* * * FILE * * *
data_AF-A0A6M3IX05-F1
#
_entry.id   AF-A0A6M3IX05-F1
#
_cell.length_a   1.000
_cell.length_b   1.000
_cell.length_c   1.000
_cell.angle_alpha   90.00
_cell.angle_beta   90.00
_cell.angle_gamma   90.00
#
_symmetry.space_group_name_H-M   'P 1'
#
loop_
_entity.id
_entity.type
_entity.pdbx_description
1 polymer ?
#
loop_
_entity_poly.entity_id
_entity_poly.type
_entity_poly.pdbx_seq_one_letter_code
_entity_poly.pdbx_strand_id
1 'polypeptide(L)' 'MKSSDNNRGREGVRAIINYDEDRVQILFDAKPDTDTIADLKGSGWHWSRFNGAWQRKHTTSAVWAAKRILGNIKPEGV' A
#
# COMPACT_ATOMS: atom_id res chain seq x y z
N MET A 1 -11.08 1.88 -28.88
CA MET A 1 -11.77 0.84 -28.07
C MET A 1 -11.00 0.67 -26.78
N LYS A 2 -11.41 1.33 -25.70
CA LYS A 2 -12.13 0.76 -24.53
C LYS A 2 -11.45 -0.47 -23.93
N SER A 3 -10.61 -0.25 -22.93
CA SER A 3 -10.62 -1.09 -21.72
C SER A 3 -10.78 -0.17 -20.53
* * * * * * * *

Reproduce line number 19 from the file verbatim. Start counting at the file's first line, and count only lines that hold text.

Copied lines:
#